Baltimore Ravens

At open practice, Justin Tucker reminds fans and Ravens he's no average kicker

Justin Tucker warmed up from all corners of the field in preparation for one of the most anticipated features of Monday's open training camp practice at M&T Bank Stadium.

The first in his four-field-goal sequence was a paltry 33-yarder, but as he stepped farther back, the crowd's cheers grew louder. From 44 yards, good. From 51 yards, another good, and a bigger ovation.


And when he bombed a 64-yard field goal that would have tied the NFL record if converted in a game, the crowd of 22,111 showered him with the loudest cheers of the otherwise subdued night.

His deep, range-testing kicks in the team's open practices are some of the most captivating moments of the showcase, rare but deserved attention for a specialist who means more to the fans — and potentially to his team — than the average kicker.


"The fact that we can hit them from long range might be a lot of fun for the fans out there, for open practices, here during training camp, but when the game is on the line, it's serious business," Tucker said. "But it's fun when you make them, too."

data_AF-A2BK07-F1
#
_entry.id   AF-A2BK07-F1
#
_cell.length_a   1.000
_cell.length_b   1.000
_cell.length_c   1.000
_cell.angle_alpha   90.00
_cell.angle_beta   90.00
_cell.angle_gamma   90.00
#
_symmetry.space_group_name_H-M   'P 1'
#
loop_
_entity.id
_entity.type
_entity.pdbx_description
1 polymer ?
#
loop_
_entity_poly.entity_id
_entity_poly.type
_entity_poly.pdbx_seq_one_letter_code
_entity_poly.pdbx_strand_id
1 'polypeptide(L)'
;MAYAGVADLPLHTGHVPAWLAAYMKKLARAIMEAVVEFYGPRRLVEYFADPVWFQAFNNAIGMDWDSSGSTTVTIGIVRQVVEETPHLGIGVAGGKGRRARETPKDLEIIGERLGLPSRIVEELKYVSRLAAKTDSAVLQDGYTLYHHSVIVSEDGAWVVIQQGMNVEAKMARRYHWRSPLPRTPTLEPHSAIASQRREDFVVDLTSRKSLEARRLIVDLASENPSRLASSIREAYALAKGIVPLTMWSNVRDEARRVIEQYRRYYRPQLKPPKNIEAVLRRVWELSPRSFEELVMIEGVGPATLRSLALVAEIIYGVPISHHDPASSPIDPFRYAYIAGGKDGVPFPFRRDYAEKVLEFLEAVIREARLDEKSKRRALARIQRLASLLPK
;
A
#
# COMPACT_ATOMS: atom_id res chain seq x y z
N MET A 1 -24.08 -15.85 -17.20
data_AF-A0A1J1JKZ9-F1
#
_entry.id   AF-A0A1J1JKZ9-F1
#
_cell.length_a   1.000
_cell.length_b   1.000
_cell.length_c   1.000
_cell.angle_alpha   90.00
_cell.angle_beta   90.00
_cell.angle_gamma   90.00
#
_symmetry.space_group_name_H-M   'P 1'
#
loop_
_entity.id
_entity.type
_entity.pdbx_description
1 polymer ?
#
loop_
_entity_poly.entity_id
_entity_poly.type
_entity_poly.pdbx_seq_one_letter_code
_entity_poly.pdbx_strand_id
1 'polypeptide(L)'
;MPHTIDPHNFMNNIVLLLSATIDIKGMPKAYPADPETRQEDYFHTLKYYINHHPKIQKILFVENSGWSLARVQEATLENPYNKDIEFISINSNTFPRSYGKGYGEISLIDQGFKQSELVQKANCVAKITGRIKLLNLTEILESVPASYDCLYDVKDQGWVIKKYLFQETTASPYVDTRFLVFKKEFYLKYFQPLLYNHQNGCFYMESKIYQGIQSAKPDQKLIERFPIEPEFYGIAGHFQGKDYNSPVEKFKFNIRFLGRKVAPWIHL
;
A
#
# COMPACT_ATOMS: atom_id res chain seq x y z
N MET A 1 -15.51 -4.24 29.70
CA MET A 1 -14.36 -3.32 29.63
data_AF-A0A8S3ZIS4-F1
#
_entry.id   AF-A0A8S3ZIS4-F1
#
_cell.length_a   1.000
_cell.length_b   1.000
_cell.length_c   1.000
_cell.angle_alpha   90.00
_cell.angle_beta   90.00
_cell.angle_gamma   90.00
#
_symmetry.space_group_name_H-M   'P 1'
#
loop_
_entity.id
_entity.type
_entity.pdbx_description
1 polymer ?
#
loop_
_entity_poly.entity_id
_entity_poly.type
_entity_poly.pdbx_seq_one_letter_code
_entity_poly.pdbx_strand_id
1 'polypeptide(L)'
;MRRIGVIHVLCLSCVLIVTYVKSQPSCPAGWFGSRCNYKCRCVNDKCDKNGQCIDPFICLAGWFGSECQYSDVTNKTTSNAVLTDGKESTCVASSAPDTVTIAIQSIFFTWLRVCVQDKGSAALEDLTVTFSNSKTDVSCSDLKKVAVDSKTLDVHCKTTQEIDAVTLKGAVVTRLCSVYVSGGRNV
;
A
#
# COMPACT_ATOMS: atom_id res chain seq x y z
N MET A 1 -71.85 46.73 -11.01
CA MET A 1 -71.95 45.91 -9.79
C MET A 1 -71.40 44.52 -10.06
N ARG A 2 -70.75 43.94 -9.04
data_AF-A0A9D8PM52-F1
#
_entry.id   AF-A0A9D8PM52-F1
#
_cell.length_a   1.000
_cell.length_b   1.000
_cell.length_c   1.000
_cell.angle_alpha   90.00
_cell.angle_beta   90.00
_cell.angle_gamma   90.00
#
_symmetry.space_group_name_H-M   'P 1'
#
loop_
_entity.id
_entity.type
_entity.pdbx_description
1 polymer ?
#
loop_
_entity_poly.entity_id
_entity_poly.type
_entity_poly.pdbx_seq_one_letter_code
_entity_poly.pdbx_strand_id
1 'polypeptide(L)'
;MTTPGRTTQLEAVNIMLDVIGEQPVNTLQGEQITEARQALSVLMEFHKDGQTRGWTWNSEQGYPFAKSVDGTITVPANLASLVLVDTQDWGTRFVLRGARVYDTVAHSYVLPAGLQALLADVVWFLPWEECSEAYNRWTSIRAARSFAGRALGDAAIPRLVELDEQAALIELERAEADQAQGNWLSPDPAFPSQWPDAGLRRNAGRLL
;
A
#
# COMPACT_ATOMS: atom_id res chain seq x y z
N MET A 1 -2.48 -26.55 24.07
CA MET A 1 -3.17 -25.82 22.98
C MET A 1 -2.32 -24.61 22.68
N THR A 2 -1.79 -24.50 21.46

It helps that attempting long field goals, while pleasing to fans, also meets one of the Pro Bowl kicker's developmental needs.

In his three-year career, Tucker has missed just five of 88 field-goal attempts from inside 50 yards, an impressive 94.3 percent success rate. In 2014, he didn't have a single miss from inside 50 yards, connecting on all 25 attempts from that range.

But Tucker was 4 of 9 from 50 yards and beyond last year, dropping him to 14 of 20 for his career.

For that reason, associate head coach-special teams coordinator Jerry Rosburg said Tucker has attempted plenty of long kicks this summer — too many for his liking.

Tucker said he hit from 70 yards in organized team activities, and had a long of 67 yards in mandatory minicamp. He also noted a well-hit miss from 54 yards that he followed with a successful 61-yard field goal. Rosburg said the distance doesn't matter as much as the swing that produces it.